Ann Friedman’s book The Virtual Window (2006) has made me look at comics in an alternative way. Whereas a physical window frames our perceptual view, the window metaphor in a computer’s graphical user-interface refers to sub-screens within the screen of the computer (Ibid., p. 2). The main screen of the computer is traditionally associated with a workbench or desktop, as it is called in the most common operative systems (Microsoft’s Windows and Apple’s iOS). Such a desktop is the space where sub-screens or windows appear, and these sub-screens enable us to access folders, documents, text, images and so on. This structure with multiple windows within windows is also a fitting description of the structure of most comics, whether printed or screen-based. If I see the digital comic from a sub-screen perspective, what would it look like?
When I count the spaces I observe in-between the windows in a digital comic, I find in total four levels of spaces, and three levels of windows. By ‘total’, I mean that different comics can have different sets of levels. The levels I present under are those I find most common:
· The real world, our space
· The digital desktop, virtual space (most relevant for webcomics)
· The negative space, virtual space (where panels are arranged)
· The fictional space, virtual space
McCloud (2000) introduces the metaphor of the infinite canvas. Where would this concept fit in this picture of levels? The infinite canvas builds on the principle of a numerical representation of images and space, which I will address in the section on the computer. This digital non-physicality opens up for unlimited content. It is often illustrated with a never-ending comic scroll, or an open surface that never ends. But I interpret McCloud as also including networks of hyperlinks, which can include fixed window presentations in addition to mobile window presentations. I also see the infinite canvas as having the ability to be both 2D and 3D. I have previously always thought of the infinite canvas as the negative space with a mobile window, but based on this analysis, I think it is more plausible to think of the infinite canvas as a metaphor for the virtual space in new media. The virtual space will, in my sub-window perspective, include both the negative space and the fictional space.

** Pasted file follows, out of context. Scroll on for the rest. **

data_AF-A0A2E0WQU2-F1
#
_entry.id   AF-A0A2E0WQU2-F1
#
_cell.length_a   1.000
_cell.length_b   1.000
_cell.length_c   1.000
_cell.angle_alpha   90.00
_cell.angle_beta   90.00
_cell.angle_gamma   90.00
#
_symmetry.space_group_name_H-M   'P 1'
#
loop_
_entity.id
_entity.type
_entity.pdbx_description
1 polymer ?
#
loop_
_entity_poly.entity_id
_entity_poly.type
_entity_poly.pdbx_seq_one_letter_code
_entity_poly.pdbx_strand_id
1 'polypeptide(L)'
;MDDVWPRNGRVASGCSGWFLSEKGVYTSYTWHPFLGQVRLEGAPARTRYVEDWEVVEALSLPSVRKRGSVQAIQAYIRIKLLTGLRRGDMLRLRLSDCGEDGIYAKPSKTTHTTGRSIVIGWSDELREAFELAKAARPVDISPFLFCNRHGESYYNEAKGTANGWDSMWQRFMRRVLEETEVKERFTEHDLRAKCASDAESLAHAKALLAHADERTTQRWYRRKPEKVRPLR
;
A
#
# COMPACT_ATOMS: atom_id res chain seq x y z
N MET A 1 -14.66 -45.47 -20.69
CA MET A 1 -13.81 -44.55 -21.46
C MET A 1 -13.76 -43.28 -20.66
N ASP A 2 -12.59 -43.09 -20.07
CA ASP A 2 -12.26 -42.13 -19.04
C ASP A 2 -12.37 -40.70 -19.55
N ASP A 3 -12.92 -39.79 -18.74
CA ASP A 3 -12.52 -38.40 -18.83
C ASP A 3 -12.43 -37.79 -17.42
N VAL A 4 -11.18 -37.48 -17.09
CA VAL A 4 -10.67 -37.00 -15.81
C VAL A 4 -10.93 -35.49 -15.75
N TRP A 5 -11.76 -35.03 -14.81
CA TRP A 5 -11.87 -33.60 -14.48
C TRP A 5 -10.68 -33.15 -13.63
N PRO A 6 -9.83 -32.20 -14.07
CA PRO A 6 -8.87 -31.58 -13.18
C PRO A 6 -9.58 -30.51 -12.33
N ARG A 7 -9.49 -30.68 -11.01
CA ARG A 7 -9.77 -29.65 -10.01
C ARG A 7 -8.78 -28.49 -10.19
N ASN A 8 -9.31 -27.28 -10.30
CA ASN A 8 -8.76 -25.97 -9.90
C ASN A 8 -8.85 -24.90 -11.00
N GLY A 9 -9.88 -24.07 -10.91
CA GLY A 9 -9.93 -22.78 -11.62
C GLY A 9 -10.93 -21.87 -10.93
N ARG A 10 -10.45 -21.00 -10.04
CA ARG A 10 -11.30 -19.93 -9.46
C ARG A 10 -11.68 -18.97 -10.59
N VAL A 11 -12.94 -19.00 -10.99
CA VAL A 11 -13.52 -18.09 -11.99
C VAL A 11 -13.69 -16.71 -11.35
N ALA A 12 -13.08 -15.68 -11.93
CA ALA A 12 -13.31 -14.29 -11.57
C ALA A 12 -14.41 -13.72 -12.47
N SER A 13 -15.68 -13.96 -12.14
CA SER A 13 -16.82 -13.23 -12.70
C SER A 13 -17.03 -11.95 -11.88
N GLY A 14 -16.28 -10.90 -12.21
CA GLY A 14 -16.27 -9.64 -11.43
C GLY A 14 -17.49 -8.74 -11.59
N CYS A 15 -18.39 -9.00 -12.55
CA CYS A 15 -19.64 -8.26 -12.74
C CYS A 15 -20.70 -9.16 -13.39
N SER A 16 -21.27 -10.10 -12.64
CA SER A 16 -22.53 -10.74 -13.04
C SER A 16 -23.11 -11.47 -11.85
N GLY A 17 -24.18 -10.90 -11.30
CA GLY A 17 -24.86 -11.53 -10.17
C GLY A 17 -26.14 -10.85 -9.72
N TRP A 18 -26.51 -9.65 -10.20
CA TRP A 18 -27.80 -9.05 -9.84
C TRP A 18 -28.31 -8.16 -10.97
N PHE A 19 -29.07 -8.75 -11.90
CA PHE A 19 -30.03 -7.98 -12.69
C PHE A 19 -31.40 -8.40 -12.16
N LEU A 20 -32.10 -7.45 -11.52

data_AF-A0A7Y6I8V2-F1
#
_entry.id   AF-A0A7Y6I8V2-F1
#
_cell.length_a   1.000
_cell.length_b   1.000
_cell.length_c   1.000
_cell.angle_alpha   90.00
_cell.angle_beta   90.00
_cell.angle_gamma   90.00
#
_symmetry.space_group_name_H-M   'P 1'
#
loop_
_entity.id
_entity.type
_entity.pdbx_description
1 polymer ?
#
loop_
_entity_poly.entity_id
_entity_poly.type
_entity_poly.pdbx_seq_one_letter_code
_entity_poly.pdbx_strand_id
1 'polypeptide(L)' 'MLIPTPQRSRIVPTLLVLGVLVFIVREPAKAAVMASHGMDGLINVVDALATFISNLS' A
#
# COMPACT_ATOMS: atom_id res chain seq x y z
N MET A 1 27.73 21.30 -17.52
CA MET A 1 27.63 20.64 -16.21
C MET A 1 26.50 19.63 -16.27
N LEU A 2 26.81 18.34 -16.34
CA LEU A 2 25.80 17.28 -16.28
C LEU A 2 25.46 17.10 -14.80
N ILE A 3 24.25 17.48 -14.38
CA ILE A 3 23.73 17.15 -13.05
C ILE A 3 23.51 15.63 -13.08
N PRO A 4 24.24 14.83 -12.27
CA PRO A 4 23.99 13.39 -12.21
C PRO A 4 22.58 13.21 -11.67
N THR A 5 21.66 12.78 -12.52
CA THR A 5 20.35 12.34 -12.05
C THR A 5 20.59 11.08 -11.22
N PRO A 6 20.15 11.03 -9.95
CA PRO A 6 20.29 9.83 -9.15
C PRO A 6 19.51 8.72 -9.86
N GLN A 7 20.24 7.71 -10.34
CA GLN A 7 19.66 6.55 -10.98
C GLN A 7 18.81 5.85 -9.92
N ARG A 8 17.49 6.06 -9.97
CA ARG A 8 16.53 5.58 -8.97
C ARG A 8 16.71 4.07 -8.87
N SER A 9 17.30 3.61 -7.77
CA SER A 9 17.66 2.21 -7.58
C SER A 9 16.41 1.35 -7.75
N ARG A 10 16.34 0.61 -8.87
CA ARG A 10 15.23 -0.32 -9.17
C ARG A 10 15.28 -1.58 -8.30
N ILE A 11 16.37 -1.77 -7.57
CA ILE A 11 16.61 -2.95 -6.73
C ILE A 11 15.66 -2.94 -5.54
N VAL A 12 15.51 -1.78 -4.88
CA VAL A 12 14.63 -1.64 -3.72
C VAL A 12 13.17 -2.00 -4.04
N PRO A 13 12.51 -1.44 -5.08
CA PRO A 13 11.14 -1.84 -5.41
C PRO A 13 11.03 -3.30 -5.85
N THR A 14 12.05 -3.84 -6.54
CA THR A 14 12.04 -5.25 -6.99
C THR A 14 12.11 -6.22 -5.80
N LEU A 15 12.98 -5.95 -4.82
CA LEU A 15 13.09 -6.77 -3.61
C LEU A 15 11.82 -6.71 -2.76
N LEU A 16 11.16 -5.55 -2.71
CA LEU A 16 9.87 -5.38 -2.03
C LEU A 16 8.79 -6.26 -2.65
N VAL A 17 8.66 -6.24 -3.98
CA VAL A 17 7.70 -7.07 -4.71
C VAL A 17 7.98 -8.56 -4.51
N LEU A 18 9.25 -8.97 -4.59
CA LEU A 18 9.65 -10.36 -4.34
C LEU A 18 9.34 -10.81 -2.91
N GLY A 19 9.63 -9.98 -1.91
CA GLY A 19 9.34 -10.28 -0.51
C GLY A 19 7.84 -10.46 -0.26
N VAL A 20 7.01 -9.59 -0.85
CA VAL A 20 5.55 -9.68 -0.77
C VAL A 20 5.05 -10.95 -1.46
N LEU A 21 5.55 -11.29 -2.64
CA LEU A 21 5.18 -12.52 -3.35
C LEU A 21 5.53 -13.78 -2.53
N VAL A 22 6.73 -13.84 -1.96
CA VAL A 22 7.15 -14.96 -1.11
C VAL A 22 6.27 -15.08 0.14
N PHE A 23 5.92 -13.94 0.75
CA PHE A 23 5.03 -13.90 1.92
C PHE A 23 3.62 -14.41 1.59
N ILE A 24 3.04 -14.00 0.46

‘Negative space’ is an established term in the fields of visual art and graphic design, and I find no argument for changing it. The negative space in a digital comic is not just an empty surface; it can also be an empty three-dimensional space. The size of the negative space and its limitations are decisive for what format the digital comic has, just as the size of a printed page in a traditional comic decides the books format.